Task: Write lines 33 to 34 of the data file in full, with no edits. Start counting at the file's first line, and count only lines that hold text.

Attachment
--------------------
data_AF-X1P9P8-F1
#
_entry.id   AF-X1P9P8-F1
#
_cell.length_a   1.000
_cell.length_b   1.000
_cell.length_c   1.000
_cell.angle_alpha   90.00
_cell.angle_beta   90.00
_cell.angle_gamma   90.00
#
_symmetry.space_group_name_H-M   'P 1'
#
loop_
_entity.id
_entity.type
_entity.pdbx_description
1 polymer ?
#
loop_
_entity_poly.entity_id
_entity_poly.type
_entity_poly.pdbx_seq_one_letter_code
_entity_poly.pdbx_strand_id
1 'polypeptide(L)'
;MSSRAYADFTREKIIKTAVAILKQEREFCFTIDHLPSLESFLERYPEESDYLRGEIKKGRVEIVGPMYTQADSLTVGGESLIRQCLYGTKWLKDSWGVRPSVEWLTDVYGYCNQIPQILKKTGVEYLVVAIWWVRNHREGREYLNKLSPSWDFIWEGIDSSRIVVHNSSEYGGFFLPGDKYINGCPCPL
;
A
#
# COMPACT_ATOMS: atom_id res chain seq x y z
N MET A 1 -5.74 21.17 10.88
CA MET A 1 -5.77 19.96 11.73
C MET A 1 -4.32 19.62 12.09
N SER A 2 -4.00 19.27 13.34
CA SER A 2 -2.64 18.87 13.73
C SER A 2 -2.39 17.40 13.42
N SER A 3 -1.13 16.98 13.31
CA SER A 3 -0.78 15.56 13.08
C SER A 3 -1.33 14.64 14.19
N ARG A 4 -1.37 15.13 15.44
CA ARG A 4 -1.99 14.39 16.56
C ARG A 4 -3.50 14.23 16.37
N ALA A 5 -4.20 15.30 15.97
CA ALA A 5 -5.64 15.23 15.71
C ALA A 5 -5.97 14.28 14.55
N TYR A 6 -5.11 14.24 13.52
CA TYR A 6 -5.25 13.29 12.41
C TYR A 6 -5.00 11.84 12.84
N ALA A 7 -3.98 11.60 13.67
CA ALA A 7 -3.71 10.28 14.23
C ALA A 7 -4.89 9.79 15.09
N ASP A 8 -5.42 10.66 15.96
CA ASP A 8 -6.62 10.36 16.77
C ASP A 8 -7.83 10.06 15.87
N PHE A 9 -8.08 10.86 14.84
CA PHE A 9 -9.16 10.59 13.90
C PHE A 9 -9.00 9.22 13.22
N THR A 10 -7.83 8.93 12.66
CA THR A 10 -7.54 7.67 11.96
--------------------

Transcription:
C MET A 1 -4.32 19.62 12.09
N SER A 2 -4.00 19.27 13.34